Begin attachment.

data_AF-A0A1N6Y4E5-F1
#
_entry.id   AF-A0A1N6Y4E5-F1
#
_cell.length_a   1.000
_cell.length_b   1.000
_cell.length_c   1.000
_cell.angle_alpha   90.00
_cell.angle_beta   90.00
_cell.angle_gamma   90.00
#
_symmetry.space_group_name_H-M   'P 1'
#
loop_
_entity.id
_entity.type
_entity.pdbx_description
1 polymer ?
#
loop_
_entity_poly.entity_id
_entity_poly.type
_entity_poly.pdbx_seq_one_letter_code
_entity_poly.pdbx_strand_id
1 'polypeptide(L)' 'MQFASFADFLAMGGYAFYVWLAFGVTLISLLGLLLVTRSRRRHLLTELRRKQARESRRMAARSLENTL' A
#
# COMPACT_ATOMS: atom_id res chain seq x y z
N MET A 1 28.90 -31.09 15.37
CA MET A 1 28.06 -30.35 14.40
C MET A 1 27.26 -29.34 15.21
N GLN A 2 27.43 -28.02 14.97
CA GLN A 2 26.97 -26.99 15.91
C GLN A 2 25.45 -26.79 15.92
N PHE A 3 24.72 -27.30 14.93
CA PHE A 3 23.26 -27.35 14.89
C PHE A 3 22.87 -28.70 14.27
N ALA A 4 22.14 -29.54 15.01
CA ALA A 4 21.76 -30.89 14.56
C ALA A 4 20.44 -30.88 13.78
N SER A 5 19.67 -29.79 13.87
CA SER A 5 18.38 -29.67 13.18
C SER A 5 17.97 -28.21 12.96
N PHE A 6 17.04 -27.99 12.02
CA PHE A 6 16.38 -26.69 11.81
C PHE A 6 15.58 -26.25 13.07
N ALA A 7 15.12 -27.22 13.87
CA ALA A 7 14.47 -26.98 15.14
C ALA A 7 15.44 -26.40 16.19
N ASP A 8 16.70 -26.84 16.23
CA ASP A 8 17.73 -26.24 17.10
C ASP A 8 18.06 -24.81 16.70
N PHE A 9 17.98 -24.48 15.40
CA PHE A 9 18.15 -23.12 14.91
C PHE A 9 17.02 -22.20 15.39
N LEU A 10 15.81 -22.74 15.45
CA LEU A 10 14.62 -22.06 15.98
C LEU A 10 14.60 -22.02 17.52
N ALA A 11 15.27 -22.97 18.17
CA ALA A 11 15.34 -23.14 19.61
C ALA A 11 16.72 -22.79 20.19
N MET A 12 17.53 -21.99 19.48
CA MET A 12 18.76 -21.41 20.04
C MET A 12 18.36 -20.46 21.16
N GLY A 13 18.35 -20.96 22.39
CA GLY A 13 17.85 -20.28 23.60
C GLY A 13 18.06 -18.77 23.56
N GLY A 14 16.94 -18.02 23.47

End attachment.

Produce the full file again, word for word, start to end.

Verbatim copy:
data_AF-A0A1N6Y4E5-F1
#
_entry.id   AF-A0A1N6Y4E5-F1
#
_cell.length_a   1.000
_cell.length_b   1.000
_cell.length_c   1.000
_cell.angle_alpha   90.00
_cell.angle_beta   90.00
_cell.angle_gamma   90.00
#
_symmetry.space_group_name_H-M   'P 1'
#
loop_
_entity.id
_entity.type
_entity.pdbx_description
1 polymer ?
#
loop_
_entity_poly.entity_id
_entity_poly.type
_entity_poly.pdbx_seq_one_letter_code
_entity_poly.pdbx_strand_id
1 'polypeptide(L)' 'MQFASFADFLAMGGYAFYVWLAFGVTLISLLGLLLVTRSRRRHLLTELRRKQARESRRMAARSLENTL' A
#
# COMPACT_ATOMS: atom_id res chain seq x y z
N MET A 1 28.90 -31.09 15.37
CA MET A 1 28.06 -30.35 14.40
C MET A 1 27.26 -29.34 15.21
N GLN A 2 27.43 -28.02 14.97
CA GLN A 2 26.97 -26.99 15.91
C GLN A 2 25.45 -26.79 15.92
N PHE A 3 24.72 -27.30 14.93
CA PHE A 3 23.26 -27.35 14.89
C PHE A 3 22.87 -28.70 14.27
N ALA A 4 22.14 -29.54 15.01
CA ALA A 4 21.76 -30.89 14.56
C ALA A 4 20.44 -30.88 13.78
N SER A 5 19.67 -29.79 13.87
CA SER A 5 18.38 -29.67 13.18
C SER A 5 17.97 -28.21 12.96
N PHE A 6 17.04 -27.99 12.02
CA PHE A 6 16.38 -26.69 11.81
C PHE A 6 15.58 -26.25 13.07
N ALA A 7 15.12 -27.22 13.87
CA ALA A 7 14.47 -26.98 15.14
C ALA A 7 15.44 -26.40 16.19
N ASP A 8 16.70 -26.84 16.23
CA ASP A 8 17.73 -26.24 17.10
C ASP A 8 18.06 -24.81 16.70
N PHE A 9 17.98 -24.48 15.40
CA PHE A 9 18.15 -23.12 14.91
C PHE A 9 17.02 -22.20 15.39
N LEU A 10 15.81 -22.74 15.45
CA LEU A 10 14.62 -22.06 15.98
C LEU A 10 14.60 -22.02 17.52
N ALA A 11 15.27 -22.97 18.17
CA ALA A 11 15.34 -23.14 19.61
C ALA A 11 16.72 -22.79 20.19
N MET A 12 17.53 -21.99 19.48
CA MET A 12 18.76 -21.41 20.04
C MET A 12 18.36 -20.46 21.16
N GLY A 13 18.35 -20.96 22.39
CA GLY A 13 17.85 -20.28 23.60
C GLY A 13 18.06 -18.77 23.56
N GLY A 14 16.94 -18.02 23.47